I enjoy reading my monthly copy of QST- it may not be as deep as some would like, and for some it might be too obtuse, but I’d like to think that, over all, it’s a pretty good publication that is put out monthly for the benefit of membership.
Remind me to tell you some time why they no longer have an “Op/Ed” section and now instead call it “Personal Visions.”
In any case, I read it, cover to cover, and enjoy sending my copy to other folks who aren’t members. I recently have encountered a colleague at work who is interested in getting licensed, and so I have been giving them to him when I am done. He seems to enjoy it, too, which is probably a good sign that it is both well put together and something that is approachable by those who might have an interest in such.
That said, the columns are shrinking in word count and the adverts are increasing. We are probably getting a smaller page count magazine which has more adverts, which of course, is what helps to pay the bills. I don’t take issue with the way in which the ARRL is handling the change from a paper to digital society; but I won’t ever give up my paper copy- that is, until they cease publishing them.
One of my favorite parts is reading the classifieds. I don’t know why that is or why I’m drawn to it. It has the usual litany of people advertising their wares, though there is the occasional new entry that may spark my interest. One of those I’ve recently seen is along the same lines of the scam that WB2JKJ runs about donating used radios to be, well, who knows what, really? But this particular one, Ham Radio Kids, is more pernicious, because it appears to have all the hallmarks of the same sort of scam- donate equipment and money for children!- but in this case, it isn’t clear that it’s just to line the pockets of the organizers (which may or may not really be true of WB2JKJ, but many people on QRZ suspect that is what he is really doing), rather, it is an organization that would like to promote creationism in the classroom.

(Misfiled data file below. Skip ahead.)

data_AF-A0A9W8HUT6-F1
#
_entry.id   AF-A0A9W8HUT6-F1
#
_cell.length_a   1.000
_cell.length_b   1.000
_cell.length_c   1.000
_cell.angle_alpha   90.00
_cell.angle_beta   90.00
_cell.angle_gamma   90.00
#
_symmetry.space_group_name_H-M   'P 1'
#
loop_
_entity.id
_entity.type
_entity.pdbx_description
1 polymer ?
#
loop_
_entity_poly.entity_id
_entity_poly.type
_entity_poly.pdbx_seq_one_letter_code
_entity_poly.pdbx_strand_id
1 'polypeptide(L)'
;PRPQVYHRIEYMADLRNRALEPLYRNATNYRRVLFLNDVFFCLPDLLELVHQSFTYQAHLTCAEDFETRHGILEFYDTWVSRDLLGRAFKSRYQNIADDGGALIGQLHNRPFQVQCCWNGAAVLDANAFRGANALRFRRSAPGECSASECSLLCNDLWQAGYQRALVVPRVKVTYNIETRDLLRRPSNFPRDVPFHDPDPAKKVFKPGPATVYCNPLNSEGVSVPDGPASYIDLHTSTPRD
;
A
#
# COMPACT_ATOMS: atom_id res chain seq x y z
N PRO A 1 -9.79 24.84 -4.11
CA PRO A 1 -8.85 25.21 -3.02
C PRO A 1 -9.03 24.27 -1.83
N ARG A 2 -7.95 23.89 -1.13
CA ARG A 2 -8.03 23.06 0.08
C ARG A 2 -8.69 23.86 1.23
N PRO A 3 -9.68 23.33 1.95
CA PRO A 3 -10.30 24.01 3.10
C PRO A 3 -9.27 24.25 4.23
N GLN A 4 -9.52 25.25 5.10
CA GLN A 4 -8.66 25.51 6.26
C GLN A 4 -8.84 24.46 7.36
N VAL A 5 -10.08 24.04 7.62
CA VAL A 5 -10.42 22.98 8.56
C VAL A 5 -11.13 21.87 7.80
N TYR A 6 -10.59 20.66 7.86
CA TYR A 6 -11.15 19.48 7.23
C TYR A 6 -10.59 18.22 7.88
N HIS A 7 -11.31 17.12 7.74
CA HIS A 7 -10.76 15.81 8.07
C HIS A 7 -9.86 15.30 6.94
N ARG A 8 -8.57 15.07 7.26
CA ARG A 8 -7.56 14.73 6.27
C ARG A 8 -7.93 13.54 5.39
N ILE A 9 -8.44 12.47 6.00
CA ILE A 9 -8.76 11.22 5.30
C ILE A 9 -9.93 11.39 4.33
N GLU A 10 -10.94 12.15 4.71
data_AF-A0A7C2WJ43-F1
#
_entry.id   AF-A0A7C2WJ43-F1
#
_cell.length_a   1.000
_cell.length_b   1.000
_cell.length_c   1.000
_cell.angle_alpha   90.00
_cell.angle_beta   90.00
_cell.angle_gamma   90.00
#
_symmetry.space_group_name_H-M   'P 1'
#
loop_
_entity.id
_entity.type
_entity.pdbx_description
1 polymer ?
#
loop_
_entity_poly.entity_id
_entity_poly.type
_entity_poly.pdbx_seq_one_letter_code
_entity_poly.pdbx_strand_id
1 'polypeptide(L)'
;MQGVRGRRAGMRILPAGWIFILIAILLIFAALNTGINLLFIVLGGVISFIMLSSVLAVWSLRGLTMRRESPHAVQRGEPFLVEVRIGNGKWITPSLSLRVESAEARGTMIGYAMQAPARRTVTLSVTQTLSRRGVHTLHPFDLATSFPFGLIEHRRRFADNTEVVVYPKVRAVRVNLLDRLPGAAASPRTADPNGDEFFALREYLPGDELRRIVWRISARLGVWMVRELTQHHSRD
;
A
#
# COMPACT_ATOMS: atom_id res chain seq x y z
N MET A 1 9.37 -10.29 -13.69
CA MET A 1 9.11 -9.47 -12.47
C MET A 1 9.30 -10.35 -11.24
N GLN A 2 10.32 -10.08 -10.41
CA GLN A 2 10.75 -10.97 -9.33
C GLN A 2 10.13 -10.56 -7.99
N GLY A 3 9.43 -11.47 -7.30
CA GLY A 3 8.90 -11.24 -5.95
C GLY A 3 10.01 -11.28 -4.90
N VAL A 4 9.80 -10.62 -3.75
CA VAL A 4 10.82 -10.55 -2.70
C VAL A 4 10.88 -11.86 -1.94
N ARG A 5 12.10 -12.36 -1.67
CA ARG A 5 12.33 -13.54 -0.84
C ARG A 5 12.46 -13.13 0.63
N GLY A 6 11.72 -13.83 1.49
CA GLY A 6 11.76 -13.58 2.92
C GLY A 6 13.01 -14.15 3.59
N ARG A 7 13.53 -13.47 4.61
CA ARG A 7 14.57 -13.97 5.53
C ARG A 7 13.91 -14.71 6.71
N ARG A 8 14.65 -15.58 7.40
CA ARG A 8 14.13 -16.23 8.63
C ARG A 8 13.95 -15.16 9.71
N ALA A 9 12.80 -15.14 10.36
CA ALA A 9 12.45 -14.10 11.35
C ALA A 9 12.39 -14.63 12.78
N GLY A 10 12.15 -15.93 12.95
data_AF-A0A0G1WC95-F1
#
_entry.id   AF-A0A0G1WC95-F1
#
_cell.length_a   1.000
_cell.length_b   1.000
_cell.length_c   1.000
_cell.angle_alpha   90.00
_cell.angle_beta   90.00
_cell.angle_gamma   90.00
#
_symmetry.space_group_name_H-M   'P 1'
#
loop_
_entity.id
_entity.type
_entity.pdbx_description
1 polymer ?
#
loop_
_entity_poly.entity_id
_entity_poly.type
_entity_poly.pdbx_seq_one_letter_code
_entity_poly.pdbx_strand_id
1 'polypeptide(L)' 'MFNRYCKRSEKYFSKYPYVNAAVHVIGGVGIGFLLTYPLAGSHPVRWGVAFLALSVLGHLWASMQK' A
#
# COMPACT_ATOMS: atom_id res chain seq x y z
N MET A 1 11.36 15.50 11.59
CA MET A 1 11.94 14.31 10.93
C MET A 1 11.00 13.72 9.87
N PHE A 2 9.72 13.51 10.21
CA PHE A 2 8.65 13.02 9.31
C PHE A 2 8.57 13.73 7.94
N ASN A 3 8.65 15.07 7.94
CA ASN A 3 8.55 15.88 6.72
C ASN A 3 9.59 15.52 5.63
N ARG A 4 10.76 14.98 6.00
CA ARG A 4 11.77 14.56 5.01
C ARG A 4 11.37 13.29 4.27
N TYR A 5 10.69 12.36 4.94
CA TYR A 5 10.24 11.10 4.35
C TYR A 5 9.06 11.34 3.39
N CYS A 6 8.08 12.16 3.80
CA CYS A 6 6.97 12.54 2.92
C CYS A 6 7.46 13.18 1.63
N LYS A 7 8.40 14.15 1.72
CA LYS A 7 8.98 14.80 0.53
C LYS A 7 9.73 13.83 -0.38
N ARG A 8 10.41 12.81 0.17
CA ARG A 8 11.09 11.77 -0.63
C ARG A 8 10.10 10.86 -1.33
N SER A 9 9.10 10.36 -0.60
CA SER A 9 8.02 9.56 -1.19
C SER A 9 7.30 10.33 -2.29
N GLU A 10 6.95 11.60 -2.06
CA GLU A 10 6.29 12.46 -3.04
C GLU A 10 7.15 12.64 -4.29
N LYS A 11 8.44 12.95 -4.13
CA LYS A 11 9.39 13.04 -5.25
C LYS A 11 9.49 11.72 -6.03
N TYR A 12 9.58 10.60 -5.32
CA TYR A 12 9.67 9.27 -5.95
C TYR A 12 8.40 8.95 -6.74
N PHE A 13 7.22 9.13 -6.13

I don’t know how a science and technologically minded organization such as the ARRL can in good faith accept advertising dollars from an organization which does not wish to teach science, but instead wishes to teach dogma that passes for thinking critically about the world in which we live. There is an undercurrent in amateur radio today- perhaps more than just an undercurrent- that is joining the ranks- the preppers and the homeschooling, fear minded set. I, no more than anyone else, have no idea what the future holds for amateur radio; but I do know that teaching creationism, which isn’t science or technology, should not be part of the program that the ARRL should be associated with.
Vote with your dollars. When my membership is up in a couple of years, I’m going to think long and hard about renewal in an organization that would instead prefer to be a whore for such a minor sum of classified dollars and appears to turn a blind eye towards those that seemingly are charity in name only and who also gives space to a group who espouses a discredited, worthless and inaccurate view of the world.